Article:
It is spring time and what better way to celebrate than with a simple yet savoury dish that uses some of the season's best produce. The two stars I am showcasing are pork chops and fiddleheads. Not just any pork chops though. I got my hands on some "Stone Age" Rib Roast chops cut from a cross between a Berkshire pig and a wild boar. Not to worry though, any regular pork chop will do just fine. If you're not familiar with fiddleheads, they are nothing more than young ferns that have not unfurled yet. They are harvested as a vegetable in spring (particularly in the North East area of North America). Not only are they a symbol of spring and new beginnings, but they are phenomenally good for you. Fiddleheads are a good source vitamins, omega-3 and omega-6 fatty acids, iron, fibre, potassium and antioxidants. Because they are harvested so young, they are cut very low to the ground. Which means they need a little extra love and care when washing because they have lots of nooks and crannies to trap dirt. Fresh and raw they look like this:
Fiddleheads have a firm, crisp texture and their flavour is a bit like broccoli stems, green beans, and asparagus. If you can't find them, you can substitute with any other vegetable you like. if you stick with an ingredient that's in season then you're bound to get the best flavour out of your meal at the lowest cost. You can prepare this recipe as is or serve it with the side dish of your choice, whether it be rice, pasta, potatoes, or even bread. In this example I made some creamy, mashed sweet potatoes and fresh chives (also a spring ingredient).
One last note before we get on with it, for the mustard part of the pan sauce you are going to need (obviously) mustard. I used a fantastic tarragon mustard which worked really well with this dish. It also made the sauce a beautiful spring green colour. If you don't have tarragon mustard, just use any dijon mustard of your choice. The colour may not be the same but it will still be tremendous. Just don't use the yellow, hot dog mustard stuff. Please and thanks.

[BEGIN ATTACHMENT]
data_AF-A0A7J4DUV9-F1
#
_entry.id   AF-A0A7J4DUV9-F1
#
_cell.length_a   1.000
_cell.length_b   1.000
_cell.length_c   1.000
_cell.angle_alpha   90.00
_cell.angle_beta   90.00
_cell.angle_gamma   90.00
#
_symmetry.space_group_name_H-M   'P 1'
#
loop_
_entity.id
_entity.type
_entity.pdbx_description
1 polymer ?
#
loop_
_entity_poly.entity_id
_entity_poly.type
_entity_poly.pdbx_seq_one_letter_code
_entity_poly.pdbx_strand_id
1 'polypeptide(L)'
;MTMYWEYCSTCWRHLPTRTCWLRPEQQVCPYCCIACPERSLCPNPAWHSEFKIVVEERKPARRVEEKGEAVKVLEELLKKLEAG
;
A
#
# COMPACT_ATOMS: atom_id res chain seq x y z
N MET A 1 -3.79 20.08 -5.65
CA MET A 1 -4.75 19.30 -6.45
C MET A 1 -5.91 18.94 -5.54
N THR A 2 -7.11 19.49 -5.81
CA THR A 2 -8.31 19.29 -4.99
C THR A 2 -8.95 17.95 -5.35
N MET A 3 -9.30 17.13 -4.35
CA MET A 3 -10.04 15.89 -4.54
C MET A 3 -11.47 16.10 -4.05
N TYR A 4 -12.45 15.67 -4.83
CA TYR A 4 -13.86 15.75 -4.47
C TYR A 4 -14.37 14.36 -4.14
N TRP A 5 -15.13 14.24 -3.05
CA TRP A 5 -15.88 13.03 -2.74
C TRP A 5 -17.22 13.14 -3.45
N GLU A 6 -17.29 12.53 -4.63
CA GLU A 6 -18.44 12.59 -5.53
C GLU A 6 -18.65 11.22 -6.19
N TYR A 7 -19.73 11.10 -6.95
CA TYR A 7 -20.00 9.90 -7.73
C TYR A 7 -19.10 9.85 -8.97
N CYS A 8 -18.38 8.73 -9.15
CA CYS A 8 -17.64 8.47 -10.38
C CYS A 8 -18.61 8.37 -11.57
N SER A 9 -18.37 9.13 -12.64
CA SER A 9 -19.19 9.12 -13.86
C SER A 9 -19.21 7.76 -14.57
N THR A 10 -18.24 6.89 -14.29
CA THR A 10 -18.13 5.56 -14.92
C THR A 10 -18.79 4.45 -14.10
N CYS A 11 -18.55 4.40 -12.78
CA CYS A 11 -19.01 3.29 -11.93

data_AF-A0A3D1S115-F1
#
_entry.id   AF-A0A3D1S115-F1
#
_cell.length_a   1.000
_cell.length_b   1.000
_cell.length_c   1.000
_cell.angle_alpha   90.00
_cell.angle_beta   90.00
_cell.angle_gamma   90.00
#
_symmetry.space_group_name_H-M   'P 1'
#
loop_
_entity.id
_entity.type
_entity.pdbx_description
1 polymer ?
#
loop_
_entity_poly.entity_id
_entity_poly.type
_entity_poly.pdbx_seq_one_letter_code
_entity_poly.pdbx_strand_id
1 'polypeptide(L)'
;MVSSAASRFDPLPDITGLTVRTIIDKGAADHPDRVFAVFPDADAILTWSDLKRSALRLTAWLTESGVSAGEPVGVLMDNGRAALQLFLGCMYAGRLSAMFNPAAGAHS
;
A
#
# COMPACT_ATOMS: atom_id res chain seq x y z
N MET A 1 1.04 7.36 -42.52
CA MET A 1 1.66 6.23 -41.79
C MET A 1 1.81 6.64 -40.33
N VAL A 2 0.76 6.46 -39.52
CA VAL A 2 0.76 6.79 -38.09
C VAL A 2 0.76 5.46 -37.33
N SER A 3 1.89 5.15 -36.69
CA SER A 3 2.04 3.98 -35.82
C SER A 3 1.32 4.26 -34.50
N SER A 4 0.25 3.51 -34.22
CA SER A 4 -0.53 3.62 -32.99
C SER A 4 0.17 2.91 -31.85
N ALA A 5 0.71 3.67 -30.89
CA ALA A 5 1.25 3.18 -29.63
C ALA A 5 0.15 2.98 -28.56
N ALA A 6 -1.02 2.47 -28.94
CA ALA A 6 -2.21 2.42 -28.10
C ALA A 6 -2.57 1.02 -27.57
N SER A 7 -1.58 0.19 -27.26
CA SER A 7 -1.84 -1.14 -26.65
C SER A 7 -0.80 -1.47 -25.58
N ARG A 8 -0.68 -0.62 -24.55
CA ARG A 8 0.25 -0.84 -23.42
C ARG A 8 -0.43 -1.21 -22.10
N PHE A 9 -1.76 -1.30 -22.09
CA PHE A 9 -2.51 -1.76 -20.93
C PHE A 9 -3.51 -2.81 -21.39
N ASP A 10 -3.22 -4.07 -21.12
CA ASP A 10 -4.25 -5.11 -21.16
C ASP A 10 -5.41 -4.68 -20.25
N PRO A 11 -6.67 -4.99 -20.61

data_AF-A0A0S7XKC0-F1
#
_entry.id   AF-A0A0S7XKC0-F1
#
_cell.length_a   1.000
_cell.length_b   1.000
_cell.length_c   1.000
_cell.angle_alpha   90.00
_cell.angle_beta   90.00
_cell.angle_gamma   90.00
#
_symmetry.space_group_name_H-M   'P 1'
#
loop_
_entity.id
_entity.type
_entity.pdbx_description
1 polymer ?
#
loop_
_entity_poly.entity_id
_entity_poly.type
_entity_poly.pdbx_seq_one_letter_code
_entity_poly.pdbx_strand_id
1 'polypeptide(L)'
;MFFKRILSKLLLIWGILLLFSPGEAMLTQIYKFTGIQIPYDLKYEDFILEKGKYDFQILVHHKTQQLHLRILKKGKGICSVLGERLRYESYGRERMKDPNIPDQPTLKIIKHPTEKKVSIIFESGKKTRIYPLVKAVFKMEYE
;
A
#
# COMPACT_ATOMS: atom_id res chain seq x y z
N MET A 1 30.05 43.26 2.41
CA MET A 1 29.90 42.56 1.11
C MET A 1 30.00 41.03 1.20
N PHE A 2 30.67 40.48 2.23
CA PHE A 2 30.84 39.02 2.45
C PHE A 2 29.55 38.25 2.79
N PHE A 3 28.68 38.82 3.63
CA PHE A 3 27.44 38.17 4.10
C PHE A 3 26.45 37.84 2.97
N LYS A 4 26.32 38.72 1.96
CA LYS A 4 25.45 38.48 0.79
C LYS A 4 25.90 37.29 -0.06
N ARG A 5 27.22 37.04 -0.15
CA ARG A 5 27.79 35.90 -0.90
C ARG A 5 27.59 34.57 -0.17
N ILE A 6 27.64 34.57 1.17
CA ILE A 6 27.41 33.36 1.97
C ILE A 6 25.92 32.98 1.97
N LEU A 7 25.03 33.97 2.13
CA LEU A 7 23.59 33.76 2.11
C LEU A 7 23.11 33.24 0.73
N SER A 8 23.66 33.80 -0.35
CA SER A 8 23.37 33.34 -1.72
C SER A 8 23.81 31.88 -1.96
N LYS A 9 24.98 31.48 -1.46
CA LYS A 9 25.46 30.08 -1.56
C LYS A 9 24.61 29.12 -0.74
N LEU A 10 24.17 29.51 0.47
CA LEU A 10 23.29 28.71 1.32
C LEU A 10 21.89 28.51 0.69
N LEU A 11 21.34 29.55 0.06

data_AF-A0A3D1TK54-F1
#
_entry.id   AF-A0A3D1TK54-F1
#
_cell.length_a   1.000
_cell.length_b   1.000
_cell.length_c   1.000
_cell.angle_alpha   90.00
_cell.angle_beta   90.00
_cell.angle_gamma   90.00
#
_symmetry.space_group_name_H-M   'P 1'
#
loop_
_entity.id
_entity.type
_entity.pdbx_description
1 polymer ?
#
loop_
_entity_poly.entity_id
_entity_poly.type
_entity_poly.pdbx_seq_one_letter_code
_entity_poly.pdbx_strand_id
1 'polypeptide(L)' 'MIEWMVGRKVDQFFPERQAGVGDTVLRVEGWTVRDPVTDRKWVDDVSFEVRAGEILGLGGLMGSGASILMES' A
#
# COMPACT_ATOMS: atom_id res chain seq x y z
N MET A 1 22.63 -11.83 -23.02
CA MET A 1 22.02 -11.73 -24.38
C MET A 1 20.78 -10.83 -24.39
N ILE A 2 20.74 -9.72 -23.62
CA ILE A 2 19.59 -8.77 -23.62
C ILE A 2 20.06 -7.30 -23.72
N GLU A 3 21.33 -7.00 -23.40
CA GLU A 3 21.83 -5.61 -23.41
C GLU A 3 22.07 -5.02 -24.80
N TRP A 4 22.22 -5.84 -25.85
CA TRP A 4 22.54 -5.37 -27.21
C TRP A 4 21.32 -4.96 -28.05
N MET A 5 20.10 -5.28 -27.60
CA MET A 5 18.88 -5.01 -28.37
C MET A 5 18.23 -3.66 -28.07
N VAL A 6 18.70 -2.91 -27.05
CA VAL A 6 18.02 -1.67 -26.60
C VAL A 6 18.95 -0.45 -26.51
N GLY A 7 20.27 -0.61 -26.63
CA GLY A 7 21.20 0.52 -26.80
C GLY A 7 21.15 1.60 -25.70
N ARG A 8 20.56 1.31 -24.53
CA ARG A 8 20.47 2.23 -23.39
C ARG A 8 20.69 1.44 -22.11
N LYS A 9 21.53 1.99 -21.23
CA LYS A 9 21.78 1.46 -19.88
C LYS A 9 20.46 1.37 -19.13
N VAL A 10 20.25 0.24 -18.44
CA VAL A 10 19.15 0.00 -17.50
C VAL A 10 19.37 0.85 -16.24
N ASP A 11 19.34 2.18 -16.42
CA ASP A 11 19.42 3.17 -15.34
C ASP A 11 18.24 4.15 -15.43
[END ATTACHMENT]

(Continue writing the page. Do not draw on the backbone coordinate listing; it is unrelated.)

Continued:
4 pork chops (bone-in rib roast preferably)
1 1/2 cups of fiddleheads, washed and trimmed
3/4 cup of Cipollini onions, halved
1 clove of garlic, minced into a coarse paste (adding a pinch of sea salt will provide abrasion and assist with this)
1 1/2 cups of white wine
1 tbsp of tarragon mustard
1 knob of unsalted butter
2 tbsp of oil, for frying
Salt & Pepper to taste
Preheat your oven to 375 F/190 C.
Get yourself some nice pork chops, one per serving. Season both sides generously with salt and pepper.
Warm a heavy skillet over medium high heat. Your skillet must have a metal or oven-proof handle because the chops are only being seared and then finished in the oven. Add 2 tbsp of oil and then place the chops in. You should hear a sizzle when the meat touches the pan (if not, your pan isn't hot enough). Sear the chops for a couple of minutes on each side or until they are browned nicely. If you are doubling this recipe, sear your chops in batches so that you do not crowd the pan. Otherwise the pork will steam instead of sear. We don't want that.
Remove the chops from the pan and add the onions. Toss them around in the pan to bring out their sweetness and give them a head start from the fiddleads. Fry for 1 or 2 minutes.
When the chops are done, remove them from the skillet and set aside to rest. Remove the fiddleheads and onions and set aside as well. The meat will rest for the amount of time it will take to make the pan sauce (about 5 minutes). If you're worried about the veg cooling off, just loosely cover with aluminum foil.
There will be excess fat and juices in the skillet. We don't want that in our sauce. Using a pair of tongs and a wadded piece of paper towel, mop up most of the liquid from the pan (Careful, the handle will be hot!). Leave about a tablespoon of fat in the pan. Place over medium-high heat. Add the garlic and tarragon mustard. Stir in the hot pan for about a minute.
Alright, I have a confession. I tweaked this recipe to better suit you, but when I made this I used 2 cups of wine for the sauce. Even after letting it reduce by half it was still a little too thin. You can barely see it in the photo. In fact, it looks like I just added garlic and a spoonful of green water in the first photo. It's a shame, especially since it was such a great colour. You can avoid that by reducing the amount of wine to 1 1/2 cups.
That's it! I hope you enjoyed this recipe. Stay tuned for a sweet and aromatic dessert using one of my favourite Spring produce, It will blow you away...